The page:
In July, researchers monitoring a wired, high-tech apartment in Boston welcomed the first occupants. This 1,000-square-foot testing ground for human interaction with home technology systems, called PlaceLab, features miles of wire stowed within the walls and cabinetry, and hundreds of sensors that monitor human activity and environmental conditions. In a recent 10-day experiment, researchers collected about 350 gigabytes of data, which is enough to fill about 75 DVD discs. Kent Larson, director of the House_n Consortium at MIT, said it's difficult to anticipate how people will interact with home technologies without observing this interaction. "To try to design a system for the home without actually studying how it is used in that complex mix – (you) often end up with products they can't actually integrate in their lives. We thought it was time to build a living laboratory to study these things in the context of everyday life – studying how people interact with...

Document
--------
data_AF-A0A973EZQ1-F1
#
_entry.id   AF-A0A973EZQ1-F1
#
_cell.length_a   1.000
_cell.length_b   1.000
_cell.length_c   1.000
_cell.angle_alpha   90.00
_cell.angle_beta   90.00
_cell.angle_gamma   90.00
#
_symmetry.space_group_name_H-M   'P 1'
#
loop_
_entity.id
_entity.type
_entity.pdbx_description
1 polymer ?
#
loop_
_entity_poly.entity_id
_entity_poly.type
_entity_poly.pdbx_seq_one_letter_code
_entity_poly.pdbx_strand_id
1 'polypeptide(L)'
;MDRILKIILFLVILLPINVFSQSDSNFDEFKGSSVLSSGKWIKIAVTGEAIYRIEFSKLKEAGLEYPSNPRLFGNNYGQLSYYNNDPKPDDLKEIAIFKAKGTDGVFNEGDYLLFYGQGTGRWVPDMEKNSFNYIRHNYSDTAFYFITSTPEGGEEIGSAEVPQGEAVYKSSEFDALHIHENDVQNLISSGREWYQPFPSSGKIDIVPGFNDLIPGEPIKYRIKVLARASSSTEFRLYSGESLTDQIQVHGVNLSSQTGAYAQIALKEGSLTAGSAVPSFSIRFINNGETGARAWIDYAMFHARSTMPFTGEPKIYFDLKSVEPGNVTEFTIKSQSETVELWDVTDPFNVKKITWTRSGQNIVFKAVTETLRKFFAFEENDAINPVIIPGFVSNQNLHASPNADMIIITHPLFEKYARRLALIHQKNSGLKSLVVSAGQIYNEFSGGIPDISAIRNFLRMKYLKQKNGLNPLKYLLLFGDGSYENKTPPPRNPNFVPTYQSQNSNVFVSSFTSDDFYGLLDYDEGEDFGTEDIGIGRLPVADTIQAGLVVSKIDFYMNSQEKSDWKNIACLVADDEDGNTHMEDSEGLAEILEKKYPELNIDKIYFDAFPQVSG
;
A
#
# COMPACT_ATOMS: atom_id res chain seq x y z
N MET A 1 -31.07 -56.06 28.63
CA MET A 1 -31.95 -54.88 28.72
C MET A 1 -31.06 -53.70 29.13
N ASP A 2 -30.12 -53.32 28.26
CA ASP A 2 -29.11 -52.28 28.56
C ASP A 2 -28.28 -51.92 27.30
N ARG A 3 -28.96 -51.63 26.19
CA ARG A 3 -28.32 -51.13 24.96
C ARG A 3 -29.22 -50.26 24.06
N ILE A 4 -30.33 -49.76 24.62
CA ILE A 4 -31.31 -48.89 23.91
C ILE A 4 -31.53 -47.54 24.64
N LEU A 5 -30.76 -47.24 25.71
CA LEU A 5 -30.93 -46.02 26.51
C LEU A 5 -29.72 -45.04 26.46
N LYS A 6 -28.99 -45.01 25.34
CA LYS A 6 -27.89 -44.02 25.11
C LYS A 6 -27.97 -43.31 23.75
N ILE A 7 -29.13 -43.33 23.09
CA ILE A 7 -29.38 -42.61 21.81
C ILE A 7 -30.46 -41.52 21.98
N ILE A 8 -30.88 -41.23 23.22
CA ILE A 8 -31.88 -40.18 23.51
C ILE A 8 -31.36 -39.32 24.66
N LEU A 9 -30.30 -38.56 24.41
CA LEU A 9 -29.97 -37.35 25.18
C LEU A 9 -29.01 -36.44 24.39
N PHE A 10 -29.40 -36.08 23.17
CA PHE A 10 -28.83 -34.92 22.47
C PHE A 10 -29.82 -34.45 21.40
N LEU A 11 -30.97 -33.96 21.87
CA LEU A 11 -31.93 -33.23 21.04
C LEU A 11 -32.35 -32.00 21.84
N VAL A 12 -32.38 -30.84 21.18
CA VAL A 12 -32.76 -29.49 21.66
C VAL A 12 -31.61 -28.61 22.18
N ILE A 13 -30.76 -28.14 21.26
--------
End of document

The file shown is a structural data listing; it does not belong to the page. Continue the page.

by Brad Inman | on Mar 21, 2017
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